Sunday, August 21, 2005

Jonathan Prejean and the Missing Case for Catholicism

It seems that my discussion with Jonathan Prejean at Greg Krehbiel's board has come to a close, and Steve Hays has written a lot of replies to Prejean at his blog, without Prejean having made much of an effort to interact with what Hays said. Prejean never made a case for Roman Catholicism, he never refuted the arguments put forward for Evangelicalism (he chose to end the discussions on passages like Luke 24 and Galatians 3 rather than proceed with them), and he frequently set up arbitrary standards and contradicted himself from post to post. Those reading Steve Hays' earliest responses to Prejean should notice that Prejean would repeatedly ignore large portions of what Hays wrote, often claiming that there was nothing there to respond to or that he agreed with Hays, even when he didn't agree.

In his last post on the thread at Greg Krehbiel's board, Prejean accused me of being fideistic. Another Roman Catholic there accused me of being too rationalistic. I'll let the reader go through that thread and the threads at Steve Hays' blog and decide for himself who was making a publicly verifiable case for his beliefs and who was acting more fideistic.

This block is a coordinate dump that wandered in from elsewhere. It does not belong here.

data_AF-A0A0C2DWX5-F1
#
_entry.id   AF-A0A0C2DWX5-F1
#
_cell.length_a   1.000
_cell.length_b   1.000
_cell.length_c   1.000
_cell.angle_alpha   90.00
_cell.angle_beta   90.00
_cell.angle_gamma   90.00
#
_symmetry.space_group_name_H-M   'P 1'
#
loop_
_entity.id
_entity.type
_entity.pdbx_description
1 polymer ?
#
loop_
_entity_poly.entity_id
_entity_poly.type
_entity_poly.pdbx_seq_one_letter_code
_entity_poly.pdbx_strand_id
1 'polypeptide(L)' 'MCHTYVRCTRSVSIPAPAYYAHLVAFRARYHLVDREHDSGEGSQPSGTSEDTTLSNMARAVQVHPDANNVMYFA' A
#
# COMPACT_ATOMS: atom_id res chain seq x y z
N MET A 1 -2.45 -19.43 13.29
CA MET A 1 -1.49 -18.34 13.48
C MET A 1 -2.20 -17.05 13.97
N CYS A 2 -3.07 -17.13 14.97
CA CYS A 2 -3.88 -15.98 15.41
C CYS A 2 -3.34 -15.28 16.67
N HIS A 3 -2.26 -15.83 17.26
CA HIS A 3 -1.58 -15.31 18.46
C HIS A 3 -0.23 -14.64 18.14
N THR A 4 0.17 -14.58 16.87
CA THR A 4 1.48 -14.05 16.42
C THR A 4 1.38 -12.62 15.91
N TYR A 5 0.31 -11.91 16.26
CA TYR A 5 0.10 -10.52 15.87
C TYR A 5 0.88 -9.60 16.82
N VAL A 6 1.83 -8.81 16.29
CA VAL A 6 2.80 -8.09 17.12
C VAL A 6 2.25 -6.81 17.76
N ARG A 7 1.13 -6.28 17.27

Prejean says that he's "retiring" from "proselytizing" people like me and Steve Hays. Isn't it odd to call something "proselytizing" when you repeatedly refuse to make a case for your system, even when asked? Do I think Prejean is truly retiring from the sort of apologetic efforts in which he's been involved in the past? No. A better word than "retirement" would seem to be "retreat". I expect him to be back. But he wants more time to try to come up with better arguments. (Prejean's decision to "retire" probably is about as lasting as Dave Armstrong's "resolutions".) In the meantime, he names men like Karl Keating, Phil Porvaznik, and Dave Armstrong as examples of Catholic apologists whose work he recommends and who have already refuted the likes of me and Steve Hays. That's a fitting end (temporary end, I imagine) for Prejean's apologetic efforts. He leaves us with the arguments of Keating, Porvaznik, and Armstrong. We've been there before, and we've been unimpressed.

So long, Jonathan. Enjoy your retreat.